Preparations for Fertilization

The fusion of female and male gametes is called fertilization. For this process to occur species-specifically without multiple fertilizations, close interaction between male and female cells is necessary. Prior to fertilization, male gametes or gametophytes need to be activated. In human sperms, this activation (known as sperm capacitation) is caused by bicarbonate ions in the genital duct of females. The bicarbonate ions enter the sperm and promote the production of cAMP, which changes the composition of lipids and glycoproteins in the plasma membrane, lowers membrane potential and increases intracellular metabolic activity and motor activity, thereby making the sperm fertile.
Since spermatids (male gametes) in plants do not have motor ability, they are carried by pollen tubes (male gametophytes) (Fig. 12-14A). The activation of pollen tubes and their extension to the embryo sac (a female gametophyte) have been studied in torenia, whose embryo sac is denuded, making experimental procedures easy. Pollen tubes acquire the ability to extend toward an egg cell by passing through the style - a female tissue (Fig. 12-14B). This alone, however, does not guide pollen tubes correctly to the ovum; such tubes can send spermatids to the embryo sac only in the presence of species-specific elements secreted from synergids in the embryo sac (Fig. 12-14C). The pollen tube enters the embryo sac via a synergid and sends one spermatid to the egg cell and the other spermatid to the diploid central cell, thus allowing fertilization (double fertilization). Studies on species related to torenia have shown that the response of pollen tubes to the elements secreted from synergids is species-specific, indicating that these elements lead to the species-specificity of fertilization.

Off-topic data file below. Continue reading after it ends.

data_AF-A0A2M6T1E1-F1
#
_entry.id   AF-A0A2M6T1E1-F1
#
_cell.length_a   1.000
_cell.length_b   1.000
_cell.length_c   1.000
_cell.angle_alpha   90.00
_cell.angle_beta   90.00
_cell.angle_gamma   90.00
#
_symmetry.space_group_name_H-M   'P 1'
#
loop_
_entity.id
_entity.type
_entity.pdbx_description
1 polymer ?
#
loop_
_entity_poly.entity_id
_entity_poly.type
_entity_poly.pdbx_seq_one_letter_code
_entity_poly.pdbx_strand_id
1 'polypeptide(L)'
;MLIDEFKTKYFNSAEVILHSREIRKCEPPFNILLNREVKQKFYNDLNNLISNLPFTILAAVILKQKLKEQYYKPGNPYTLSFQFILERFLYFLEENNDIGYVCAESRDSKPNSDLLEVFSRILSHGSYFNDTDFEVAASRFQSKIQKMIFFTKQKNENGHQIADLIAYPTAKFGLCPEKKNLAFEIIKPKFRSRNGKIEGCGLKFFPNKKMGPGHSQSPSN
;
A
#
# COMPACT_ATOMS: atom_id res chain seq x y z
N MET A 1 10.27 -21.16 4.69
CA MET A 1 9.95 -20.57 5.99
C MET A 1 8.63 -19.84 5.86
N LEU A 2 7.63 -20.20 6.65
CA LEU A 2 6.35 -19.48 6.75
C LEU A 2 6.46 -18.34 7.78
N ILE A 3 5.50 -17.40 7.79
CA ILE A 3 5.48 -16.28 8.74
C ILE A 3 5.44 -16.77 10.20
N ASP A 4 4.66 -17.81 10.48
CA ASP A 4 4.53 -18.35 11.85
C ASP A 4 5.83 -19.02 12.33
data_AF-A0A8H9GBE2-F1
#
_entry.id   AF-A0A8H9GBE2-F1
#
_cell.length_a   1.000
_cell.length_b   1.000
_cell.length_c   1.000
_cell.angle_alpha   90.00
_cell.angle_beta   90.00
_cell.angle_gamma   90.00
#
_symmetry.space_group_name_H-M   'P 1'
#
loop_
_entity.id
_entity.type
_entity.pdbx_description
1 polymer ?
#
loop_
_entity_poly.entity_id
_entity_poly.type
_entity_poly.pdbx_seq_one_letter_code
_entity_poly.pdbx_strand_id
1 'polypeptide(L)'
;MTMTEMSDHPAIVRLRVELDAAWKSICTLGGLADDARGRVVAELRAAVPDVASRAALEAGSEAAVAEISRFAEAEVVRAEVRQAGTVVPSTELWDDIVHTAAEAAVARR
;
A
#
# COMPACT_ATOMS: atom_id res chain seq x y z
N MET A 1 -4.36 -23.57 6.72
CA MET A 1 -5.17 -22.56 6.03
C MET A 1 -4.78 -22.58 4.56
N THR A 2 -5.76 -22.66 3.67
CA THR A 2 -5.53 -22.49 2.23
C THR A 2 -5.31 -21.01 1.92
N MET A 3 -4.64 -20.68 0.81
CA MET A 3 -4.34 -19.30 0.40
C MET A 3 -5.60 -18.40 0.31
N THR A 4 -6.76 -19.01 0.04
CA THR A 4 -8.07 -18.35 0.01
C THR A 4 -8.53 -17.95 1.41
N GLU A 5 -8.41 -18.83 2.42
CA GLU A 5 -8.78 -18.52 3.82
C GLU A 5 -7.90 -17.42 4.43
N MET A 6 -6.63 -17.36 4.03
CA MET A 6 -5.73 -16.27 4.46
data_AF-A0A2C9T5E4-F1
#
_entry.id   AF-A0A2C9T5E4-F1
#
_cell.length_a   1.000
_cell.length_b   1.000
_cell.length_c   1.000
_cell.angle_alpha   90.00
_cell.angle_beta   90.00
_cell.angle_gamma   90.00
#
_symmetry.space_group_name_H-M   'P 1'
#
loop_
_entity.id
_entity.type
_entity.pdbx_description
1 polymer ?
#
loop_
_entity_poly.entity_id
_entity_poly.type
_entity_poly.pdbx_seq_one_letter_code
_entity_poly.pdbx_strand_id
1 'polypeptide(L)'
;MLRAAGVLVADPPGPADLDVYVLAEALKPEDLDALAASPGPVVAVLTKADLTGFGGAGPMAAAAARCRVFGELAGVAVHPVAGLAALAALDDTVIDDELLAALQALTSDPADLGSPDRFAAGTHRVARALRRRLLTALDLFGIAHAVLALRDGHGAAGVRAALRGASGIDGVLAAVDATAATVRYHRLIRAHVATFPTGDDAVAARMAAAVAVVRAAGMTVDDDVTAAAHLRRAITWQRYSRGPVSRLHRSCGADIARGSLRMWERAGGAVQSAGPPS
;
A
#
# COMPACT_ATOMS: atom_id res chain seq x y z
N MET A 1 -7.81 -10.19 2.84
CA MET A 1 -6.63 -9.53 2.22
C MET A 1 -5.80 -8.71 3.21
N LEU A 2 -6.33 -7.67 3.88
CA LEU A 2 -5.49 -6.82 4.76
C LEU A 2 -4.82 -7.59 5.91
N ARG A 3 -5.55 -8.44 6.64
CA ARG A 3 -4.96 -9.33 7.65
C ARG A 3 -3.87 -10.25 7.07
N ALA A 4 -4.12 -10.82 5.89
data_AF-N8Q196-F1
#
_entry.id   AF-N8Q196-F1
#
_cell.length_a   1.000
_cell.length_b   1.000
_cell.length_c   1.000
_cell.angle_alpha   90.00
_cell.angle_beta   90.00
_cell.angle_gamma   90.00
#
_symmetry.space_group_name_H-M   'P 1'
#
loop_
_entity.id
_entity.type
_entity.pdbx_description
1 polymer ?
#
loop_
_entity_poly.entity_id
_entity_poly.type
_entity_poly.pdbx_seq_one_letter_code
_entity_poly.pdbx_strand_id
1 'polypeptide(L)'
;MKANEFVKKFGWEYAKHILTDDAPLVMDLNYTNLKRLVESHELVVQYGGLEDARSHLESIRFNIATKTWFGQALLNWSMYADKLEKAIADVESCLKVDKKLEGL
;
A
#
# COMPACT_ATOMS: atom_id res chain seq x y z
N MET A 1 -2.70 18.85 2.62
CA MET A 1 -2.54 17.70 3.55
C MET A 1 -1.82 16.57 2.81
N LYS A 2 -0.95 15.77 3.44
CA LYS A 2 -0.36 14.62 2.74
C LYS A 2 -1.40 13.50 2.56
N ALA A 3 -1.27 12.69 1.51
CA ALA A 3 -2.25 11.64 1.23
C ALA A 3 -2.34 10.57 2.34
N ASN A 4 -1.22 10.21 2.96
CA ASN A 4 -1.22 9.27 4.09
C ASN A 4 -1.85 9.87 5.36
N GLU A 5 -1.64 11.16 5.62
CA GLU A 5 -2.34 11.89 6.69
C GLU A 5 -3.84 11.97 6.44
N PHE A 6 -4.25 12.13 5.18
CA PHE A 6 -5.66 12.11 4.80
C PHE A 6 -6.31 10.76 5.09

Pollen-tube guidance and fertilization in plantsPollen-tube guidance and fertilization in plantsPollen-tube guidance and fertilization in plants

Fig. 12-14. Pollen-tube guidance and fertilization in plants

A) Pollens attached to the stigma (1) extend pollen tubes (male gametophytes). These tubes reach the embryo sac (a female gametophyte) after passing through the style (2), the placenta (3), the funiculus (4) and the micropyle (5). Since pollen tubes sometimes stray in the regions circled by the broken lines, it is believed that signals that guide the tubes exist in these areas.
B) The extension of pollen tubes is promoted by elements contained in the style. Pollen tubes that do not pass through the style therefore do not elongate significantly.
C) A pollen tube that has reached the embryo sac enters one synergid via the filiform apparatus in response to inducers secreted from the synergid. The pollen tube breaks down in the synergid, and two spermatids fuse with the central cell and the egg cell, respectively (double fertilization).

Top of Page


Fertilization Process